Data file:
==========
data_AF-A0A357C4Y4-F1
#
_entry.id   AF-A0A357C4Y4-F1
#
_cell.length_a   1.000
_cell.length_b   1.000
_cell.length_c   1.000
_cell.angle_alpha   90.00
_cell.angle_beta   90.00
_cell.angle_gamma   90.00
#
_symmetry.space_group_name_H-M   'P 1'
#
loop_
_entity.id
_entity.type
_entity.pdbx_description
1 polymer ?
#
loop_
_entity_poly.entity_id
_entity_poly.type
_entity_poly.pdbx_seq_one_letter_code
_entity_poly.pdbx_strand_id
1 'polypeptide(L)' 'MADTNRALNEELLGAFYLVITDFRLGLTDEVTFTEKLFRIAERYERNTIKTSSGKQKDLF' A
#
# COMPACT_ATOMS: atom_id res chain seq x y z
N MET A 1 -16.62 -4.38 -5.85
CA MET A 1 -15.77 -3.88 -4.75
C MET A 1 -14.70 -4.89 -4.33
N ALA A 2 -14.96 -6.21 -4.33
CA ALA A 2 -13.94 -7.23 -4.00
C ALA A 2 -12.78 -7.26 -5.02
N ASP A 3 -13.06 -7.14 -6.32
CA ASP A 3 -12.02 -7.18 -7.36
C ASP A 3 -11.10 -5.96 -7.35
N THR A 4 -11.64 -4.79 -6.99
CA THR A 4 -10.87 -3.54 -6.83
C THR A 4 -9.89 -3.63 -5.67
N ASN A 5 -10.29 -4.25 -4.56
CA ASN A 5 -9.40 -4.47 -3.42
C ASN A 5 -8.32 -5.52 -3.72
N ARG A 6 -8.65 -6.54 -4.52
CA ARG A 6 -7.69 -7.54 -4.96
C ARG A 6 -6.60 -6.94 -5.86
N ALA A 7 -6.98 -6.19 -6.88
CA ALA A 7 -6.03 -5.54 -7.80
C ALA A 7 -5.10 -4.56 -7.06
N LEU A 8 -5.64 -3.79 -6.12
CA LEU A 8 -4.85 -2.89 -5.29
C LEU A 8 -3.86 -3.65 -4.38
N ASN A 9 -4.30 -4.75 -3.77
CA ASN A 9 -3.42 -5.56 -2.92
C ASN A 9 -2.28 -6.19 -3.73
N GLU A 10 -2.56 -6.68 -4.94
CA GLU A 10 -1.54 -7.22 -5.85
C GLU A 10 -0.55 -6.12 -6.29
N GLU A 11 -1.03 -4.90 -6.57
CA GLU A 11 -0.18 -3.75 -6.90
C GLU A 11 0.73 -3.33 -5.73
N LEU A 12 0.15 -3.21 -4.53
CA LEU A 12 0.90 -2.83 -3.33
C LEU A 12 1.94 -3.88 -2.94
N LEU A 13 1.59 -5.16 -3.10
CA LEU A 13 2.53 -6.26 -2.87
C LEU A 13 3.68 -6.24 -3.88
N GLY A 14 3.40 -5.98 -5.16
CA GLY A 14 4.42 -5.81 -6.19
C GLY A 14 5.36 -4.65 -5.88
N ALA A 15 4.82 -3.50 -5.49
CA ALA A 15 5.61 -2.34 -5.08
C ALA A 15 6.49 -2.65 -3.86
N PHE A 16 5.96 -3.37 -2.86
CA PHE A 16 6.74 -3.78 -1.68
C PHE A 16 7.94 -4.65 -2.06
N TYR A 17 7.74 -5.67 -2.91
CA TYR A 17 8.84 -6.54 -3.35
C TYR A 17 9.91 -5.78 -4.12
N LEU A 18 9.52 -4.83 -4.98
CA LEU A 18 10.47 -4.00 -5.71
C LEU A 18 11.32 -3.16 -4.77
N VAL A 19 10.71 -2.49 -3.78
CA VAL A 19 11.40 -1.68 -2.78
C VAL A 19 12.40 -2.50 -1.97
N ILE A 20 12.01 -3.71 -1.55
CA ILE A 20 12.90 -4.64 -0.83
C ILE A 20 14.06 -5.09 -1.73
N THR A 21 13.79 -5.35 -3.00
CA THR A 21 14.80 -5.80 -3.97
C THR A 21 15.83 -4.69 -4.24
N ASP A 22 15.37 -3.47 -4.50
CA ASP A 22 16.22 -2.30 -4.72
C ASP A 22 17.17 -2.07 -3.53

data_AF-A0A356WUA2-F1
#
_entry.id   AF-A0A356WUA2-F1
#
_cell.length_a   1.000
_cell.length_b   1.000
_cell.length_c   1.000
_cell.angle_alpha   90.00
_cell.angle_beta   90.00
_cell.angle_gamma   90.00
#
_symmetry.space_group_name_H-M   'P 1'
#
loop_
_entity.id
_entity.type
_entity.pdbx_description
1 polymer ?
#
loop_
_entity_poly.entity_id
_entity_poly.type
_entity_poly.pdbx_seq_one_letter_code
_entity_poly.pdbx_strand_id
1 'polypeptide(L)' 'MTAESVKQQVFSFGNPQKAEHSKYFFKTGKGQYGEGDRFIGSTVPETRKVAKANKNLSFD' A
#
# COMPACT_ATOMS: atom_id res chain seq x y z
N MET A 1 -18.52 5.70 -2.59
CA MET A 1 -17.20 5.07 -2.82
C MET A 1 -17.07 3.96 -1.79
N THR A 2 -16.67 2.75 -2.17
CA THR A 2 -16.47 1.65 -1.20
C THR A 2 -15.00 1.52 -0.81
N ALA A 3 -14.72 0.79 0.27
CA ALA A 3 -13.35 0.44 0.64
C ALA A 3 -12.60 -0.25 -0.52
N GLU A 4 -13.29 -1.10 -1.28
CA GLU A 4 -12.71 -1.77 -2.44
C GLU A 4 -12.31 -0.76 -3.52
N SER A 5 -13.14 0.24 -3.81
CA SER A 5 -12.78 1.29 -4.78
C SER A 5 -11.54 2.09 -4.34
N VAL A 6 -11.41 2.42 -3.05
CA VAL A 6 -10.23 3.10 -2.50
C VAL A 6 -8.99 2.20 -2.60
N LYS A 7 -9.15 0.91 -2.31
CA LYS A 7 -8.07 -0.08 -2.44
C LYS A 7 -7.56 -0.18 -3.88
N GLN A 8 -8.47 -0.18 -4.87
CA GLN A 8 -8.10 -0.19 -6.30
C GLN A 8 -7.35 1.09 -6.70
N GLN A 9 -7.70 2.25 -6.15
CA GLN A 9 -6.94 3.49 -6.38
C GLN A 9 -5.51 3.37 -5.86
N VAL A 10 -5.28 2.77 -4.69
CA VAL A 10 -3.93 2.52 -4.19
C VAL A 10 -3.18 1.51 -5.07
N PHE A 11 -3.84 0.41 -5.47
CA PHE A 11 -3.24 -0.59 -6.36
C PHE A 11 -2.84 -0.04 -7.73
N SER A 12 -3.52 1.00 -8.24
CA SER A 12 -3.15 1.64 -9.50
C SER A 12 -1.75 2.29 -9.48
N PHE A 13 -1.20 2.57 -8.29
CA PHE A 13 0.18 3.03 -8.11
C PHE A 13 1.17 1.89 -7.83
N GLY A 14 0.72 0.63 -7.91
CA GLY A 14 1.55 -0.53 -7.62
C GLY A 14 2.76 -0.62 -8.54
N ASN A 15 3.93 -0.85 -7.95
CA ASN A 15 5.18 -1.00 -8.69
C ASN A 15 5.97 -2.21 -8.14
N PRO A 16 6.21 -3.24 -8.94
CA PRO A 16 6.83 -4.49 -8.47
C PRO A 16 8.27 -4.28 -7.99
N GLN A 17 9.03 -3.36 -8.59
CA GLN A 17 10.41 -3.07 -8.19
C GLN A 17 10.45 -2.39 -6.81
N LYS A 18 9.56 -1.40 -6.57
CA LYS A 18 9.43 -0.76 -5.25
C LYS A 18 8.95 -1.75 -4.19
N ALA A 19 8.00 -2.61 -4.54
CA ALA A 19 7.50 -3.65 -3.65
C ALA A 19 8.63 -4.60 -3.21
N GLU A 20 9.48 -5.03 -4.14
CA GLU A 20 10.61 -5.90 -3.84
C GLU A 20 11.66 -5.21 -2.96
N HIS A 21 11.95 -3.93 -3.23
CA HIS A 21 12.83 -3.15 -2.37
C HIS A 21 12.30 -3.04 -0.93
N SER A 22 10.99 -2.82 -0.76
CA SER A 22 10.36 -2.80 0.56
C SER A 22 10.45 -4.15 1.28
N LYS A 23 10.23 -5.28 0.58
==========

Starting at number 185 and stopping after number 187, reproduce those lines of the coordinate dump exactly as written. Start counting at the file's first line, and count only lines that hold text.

CA SER A 22 10.36 -2.80 0.56
C SER A 22 10.45 -4.15 1.28
N LYS A 23 10.23 -5.28 0.58